Popular Politics and the English Reformation

By Hoyle, R. W. | The Catholic Historical Review, July 2004 | Go to article overview
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Popular Politics and the English Reformation


Hoyle, R. W., The Catholic Historical Review


Popular Politics and the English Reformation. By Ethan H. Shagan. [Cambridge Studies in Early Modern British History.] (New York: Cambridge University Press. 2003. Pp. xiv, 341. $75.00 hardbound; $28.00 paperback.)

A great deal of expectation rests on this book. According to its rear cover text, ". . . it answers the twenty-year-old scholarly dilemma of how the English Reformation could have succeeded despite the inherent conservatism of the English people, and it presents the first genuinely post-revisionist account of one of the central events of English history." Whether it achieves these objectives is a matter we shall return to. For the moment, let us say that Shagan has not written a book but a series of essays about a theme, or perhaps two themes: popular politics and collaboration. The book borrows from recent discussions of collaboration in twentieth-century totalitarian regimes to apply some of the same ideas to the early Reformation. The book proceeds, however, by applying these insights to a small number of episodes, determined in part by the survival of exceptional material. The result is an episodic book in which each chapter has slightly different preoccupations. The first chapter concerns debates over the royal supremacy, the second the Holy Maid of Kent, the third the Pilgrimage of Grace. The fourth addresses the problem of anticlericalism, the fifth the post-dissolution demolition of the abbey buildings at Hailes, the sixth circumstances in Kent in the early 1540's. Two final chapters deal with attitudes to the dissolution of chantries (without considering the establishment of schools) and of the English people to the Edwardian Reformation. The various chapters are never less than interesting. Shagan recognizes the possibility of popular politics and the reality of individual opinion within the Reformation. He shows (notably in the chapter on the Prebendaries Plot) how preaching and proselytizing reached into and split Kentish parishes in the early 1540's. This is all to the good. So too are his demonstrations of how people could use the law and legal institutions to advance their concerns, sometimes in unpredictable ways, often incorporating into their bills the current buzz words which they hoped would earn them a favorable reception. This behavior, for Shagan, is evidence of collaboration.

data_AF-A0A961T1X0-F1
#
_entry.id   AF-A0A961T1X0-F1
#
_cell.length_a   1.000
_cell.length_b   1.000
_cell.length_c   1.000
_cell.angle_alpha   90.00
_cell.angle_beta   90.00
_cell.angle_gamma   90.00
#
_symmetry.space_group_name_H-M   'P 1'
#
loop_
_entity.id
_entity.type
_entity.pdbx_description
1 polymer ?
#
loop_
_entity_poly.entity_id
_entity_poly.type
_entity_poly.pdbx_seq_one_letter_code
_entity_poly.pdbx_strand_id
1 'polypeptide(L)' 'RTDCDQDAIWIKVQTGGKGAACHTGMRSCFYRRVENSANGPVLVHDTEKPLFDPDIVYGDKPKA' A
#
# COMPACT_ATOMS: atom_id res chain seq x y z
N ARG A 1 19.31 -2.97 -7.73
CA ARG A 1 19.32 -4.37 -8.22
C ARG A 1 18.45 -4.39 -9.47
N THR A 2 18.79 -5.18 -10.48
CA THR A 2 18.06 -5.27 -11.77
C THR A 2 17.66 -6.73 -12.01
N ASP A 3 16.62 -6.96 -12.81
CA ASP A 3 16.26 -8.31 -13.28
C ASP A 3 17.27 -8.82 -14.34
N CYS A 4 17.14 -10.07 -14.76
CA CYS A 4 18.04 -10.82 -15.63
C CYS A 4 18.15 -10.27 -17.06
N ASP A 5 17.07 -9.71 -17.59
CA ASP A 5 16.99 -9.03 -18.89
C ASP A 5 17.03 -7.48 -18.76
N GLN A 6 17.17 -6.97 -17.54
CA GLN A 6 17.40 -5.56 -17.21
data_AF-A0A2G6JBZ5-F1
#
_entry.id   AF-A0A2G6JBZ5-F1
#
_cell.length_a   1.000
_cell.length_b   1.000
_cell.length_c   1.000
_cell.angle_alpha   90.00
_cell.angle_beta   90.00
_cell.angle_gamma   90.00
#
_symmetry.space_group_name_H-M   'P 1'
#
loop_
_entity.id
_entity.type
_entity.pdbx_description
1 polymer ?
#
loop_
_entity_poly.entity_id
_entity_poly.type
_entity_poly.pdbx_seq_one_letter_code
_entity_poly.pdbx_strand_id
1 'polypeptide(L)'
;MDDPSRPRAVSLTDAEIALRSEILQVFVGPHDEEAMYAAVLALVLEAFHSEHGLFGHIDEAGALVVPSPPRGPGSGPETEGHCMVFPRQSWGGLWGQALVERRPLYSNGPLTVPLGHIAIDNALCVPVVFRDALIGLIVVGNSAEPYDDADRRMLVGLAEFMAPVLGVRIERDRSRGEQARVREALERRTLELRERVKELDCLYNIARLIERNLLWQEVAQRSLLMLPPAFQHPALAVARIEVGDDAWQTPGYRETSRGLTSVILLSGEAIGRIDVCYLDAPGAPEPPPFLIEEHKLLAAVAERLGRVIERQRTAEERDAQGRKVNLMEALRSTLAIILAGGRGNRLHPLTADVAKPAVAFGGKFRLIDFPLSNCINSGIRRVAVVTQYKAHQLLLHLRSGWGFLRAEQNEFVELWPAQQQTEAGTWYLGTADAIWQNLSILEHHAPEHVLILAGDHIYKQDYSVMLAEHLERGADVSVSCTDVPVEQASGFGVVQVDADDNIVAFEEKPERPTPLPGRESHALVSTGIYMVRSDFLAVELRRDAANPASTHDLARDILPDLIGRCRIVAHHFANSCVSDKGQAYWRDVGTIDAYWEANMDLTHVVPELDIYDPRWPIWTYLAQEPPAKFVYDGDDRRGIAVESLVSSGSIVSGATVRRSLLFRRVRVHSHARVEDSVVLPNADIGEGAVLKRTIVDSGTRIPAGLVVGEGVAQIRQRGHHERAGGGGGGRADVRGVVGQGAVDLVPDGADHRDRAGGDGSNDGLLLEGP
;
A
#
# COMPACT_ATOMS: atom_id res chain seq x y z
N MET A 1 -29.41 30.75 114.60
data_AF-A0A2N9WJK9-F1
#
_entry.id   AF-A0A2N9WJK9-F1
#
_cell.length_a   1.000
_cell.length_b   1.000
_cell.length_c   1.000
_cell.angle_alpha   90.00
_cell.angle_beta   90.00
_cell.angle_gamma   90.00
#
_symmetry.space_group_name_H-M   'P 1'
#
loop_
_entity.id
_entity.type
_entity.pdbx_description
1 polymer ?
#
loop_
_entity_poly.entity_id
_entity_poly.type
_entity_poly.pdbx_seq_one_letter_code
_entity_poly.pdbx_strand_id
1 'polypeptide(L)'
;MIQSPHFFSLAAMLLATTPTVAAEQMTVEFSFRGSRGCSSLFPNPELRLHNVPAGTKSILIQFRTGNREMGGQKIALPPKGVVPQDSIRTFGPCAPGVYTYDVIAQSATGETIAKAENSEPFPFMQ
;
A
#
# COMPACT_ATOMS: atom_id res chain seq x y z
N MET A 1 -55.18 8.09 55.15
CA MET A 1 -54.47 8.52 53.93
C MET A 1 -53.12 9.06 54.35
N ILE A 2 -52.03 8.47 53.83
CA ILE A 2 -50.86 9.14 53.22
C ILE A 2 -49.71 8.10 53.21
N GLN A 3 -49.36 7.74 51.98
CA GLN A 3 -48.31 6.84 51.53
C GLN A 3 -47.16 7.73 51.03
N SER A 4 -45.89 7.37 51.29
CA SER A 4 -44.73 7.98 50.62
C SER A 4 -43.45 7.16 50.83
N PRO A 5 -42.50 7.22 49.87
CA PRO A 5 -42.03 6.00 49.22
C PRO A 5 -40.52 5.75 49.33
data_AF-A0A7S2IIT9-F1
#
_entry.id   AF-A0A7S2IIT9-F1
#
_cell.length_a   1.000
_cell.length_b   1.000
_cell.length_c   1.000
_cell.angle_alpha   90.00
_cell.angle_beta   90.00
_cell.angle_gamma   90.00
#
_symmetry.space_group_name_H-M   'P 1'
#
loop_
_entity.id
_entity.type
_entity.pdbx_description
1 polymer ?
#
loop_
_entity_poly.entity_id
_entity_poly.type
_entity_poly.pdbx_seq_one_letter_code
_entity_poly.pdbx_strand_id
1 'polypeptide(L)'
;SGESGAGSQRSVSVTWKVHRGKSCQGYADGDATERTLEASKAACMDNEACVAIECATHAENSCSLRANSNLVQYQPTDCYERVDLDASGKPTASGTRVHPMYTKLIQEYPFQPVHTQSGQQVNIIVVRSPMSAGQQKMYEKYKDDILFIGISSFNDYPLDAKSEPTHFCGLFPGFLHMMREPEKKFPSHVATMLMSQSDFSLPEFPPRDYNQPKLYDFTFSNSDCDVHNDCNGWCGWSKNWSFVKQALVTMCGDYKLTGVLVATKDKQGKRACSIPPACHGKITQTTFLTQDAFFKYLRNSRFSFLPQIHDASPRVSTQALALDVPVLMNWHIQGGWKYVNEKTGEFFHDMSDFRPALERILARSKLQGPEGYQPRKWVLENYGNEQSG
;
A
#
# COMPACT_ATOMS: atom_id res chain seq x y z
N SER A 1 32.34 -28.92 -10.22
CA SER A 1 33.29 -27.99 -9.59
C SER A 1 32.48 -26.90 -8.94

The use of legal materials to examine the Reformation is innovative and gives the book much of its character. Where the most recent generation of historians have written the history of the Reformation from diocesan archives, Shagan is a Public Records Office man. Whether he is fully adept with much of this material is another matter. He reads it closely, and he reads it literally. Let us take an example from early on in the book. In 1535 the parishioners of Halifax (Yorkshire) petitioned Chancery to complain (amongst other things) that their parish priest, Dr. Robert Holdsworth, was still making them pay "Peter's Pence."They added to their bill the "enthusiastic confirmation that 'the king our sovereign lord is the supremum caput anglicane ecclesiae"'The first time this instance is cited it is used as an illustration of the way "many people who had no apparent Protestant leanings none the less chose to act as mouthpieces for the regime" (p. 15). Later these same words are described as "an absurdly superfluous reminder that the vicar should be made to answer the charges against him" (p. 145). I don't accept either of these interpretations. Someone was being highly constructive in taking a complaint against a parish priest to Chancery: the justification, to bring the case within the jurisdiction of the court, was a tendentious claim that since the establishment of the royal supremacy, Chancery could hear the complaint. What Chancery made of this is unrecorded, but I should be surprised if it acted on the bill. I simply don't see these words as carrying the implication Shagan claims for them; nor is it clear to me that the parishioners in whose name the bill was made would have been aware of what was done in their name.

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